Last week I posted a video about mental restriction – what it is and why it causes problems with your eating. And today’s video is all about how to overcome the mental restriction.
In my experience, one of the best ways to overcome the restrictive mindset with food is to challenge your limiting beliefs and thoughts – all the food rules, beliefs about “good and bad” foods, beliefs about health, and our bodies.
In this video, I will give you a step-by-step process to start changing your beliefs so you can overcome mental restriction.
We will cover:
✔️ How to identify your limiting beliefs
✔️ How to challenge your beliefs and thoughts
✔️ How to form new helpful beliefs
✔️ Why your self-talk matters and how to change it
✔️ How our thoughts affect the physical world
This post is the second part of the two-part series about mental restriction.
- In the last video we talked about what mental restriction is and I shared some scientific research on how it causes problems with eating. See HERE.
- And in this post, we will talk about how to overcome mental restriction.
What is mental restriction?
If you haven’t seen the first video where we talked more about what the mental restriction is then I suggest you watch that one first to fully understand what we are talking about here.
But very shortly mental restriction is the constant guilt, shame, and judgment about eating. You are maybe not physically dieting anymore, but you are still thinking like a dieter – you still judge your food as “good and bad”, “healthy/unhealthy”, you still worry about “eating too much”…you technically still eat BUT you don’t give yourself unconditional permission to do it without guilt and shame. Eating is still a very stressful experience for you because of the mental chatter you have in your head.
And as we talked about in the last video there is some scientific research that proves how mental restriction can lead to overeating, it still puts your mind in a deprivation mode, it affects your hunger hormones, and still signals stress to your body the same way restrictive dieting does.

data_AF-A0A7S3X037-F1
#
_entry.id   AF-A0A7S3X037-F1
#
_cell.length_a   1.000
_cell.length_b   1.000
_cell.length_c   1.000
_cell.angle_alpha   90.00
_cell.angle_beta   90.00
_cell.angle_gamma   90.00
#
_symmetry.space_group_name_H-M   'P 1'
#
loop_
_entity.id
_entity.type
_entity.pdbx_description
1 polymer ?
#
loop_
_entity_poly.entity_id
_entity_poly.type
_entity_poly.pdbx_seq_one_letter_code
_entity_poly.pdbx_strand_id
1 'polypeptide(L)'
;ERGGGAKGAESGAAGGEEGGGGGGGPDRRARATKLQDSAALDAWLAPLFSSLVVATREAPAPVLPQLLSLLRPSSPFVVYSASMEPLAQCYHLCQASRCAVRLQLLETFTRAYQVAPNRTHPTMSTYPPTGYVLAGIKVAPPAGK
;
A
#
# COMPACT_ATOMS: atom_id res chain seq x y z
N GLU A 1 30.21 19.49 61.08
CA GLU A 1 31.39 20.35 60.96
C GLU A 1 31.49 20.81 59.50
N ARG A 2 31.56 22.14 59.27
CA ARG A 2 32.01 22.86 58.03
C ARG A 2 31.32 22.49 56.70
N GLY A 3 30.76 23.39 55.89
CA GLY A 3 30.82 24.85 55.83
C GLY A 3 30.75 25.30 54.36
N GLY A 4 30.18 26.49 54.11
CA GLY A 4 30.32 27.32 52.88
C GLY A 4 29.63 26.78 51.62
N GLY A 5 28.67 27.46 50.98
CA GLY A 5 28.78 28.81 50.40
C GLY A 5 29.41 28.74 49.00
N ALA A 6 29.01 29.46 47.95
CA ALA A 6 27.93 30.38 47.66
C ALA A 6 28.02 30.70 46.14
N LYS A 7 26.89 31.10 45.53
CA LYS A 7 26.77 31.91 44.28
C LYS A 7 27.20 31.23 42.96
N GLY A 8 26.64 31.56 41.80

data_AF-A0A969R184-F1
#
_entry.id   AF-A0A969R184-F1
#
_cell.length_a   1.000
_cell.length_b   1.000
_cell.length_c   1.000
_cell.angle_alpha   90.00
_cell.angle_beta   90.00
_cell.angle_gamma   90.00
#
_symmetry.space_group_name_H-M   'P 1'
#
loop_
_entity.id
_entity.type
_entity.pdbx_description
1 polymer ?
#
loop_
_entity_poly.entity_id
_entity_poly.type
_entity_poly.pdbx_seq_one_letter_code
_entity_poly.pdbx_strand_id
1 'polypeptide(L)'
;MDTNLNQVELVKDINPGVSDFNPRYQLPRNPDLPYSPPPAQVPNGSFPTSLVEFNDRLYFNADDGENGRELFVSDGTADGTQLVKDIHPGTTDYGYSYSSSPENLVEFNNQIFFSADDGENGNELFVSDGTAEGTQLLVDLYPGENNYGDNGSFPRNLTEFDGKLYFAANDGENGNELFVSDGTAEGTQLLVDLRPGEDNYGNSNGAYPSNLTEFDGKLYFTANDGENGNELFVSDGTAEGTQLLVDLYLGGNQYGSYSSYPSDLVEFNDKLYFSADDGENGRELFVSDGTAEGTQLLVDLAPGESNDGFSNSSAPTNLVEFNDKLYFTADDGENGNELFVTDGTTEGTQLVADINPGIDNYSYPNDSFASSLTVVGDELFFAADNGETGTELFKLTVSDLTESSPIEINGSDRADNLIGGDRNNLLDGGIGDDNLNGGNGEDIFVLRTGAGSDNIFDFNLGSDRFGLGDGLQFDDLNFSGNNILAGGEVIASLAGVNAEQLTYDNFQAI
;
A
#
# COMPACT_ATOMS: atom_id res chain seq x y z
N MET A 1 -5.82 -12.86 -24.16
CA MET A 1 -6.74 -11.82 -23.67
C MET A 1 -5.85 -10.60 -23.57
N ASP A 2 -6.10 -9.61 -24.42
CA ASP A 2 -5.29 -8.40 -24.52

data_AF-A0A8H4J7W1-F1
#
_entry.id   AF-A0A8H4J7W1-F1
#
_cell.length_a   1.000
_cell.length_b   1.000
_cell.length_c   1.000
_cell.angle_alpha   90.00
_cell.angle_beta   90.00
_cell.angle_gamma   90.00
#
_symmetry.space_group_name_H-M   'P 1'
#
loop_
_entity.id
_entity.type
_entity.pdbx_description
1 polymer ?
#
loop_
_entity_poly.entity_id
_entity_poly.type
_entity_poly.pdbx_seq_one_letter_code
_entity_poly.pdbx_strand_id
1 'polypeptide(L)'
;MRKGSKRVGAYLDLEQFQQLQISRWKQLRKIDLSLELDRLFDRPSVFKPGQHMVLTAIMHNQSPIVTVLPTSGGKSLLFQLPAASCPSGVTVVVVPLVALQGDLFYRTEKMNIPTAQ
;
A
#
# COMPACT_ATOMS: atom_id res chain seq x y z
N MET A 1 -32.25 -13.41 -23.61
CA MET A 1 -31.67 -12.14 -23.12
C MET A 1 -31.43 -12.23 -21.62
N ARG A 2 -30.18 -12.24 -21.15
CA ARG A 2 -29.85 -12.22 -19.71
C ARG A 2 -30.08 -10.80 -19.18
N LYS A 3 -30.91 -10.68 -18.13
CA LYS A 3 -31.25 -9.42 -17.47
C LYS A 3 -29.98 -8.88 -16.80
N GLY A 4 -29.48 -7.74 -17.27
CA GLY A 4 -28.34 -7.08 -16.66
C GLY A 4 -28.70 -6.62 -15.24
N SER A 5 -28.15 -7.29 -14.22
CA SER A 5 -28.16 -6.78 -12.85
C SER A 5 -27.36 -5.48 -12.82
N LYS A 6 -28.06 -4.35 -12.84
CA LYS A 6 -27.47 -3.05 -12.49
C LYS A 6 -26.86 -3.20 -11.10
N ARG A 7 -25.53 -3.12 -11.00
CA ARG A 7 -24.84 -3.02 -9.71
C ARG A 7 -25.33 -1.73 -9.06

How to overcome mental restriction?
In my experience, one of the best ways is to challenge your thoughts and beliefs. All the food rules, beliefs about “good and bad foods”, also beliefs about health and your body.
This is something I work on with my coaching clients so if you feel you need some extra help and support with this you can check out my recovery coaching. But here I want to give you a simple process you can use on your own.
1. Rewiring the restrictive thoughts
1) Become aware
Building awareness is the first step. Start to notice what food fears, worries, negative thoughts, and beliefs you are holding on to. Pay attention to your mental chatter.
Or, if you find it hard to identify a clear thought then start to notice those moments of guilt, shame, and any kind of stress with eating and then ask yourself “What am I thinking, believing, or telling myself right now?” And write this thought down.
“I can’t keep eating this much, I have already gained weight!”
2) Challenge the thought with questions
Our thoughts hurt us the most when we believe they are true. Otherwise, they can be just thoughts. Many people suffer because they believe that “I’m thinking it therefore it must be true”. But we have to know that our thoughts are not facts. And it’s helpful to start challenging your thoughts with questions so they loosen their grip on you. Because there are so many other, much more helpful ways to think about the same situation. And while we can’t change the situation itself we can change how we view the situation, the meaning we attach to it, and by doing that our experience with the whole situation changes.
- Can I really know how much food my body needs? (in reality, you don’t know, only your body knows that)
- Maybe I need to gain weight? (if before you were suppressing your weight with restriction and you now finally let go of restriction, of course, your body wants and needs to gain weight)
- Has restriction ever worked for me? (restriction has been the problem all along, so how can it be part of a solution?)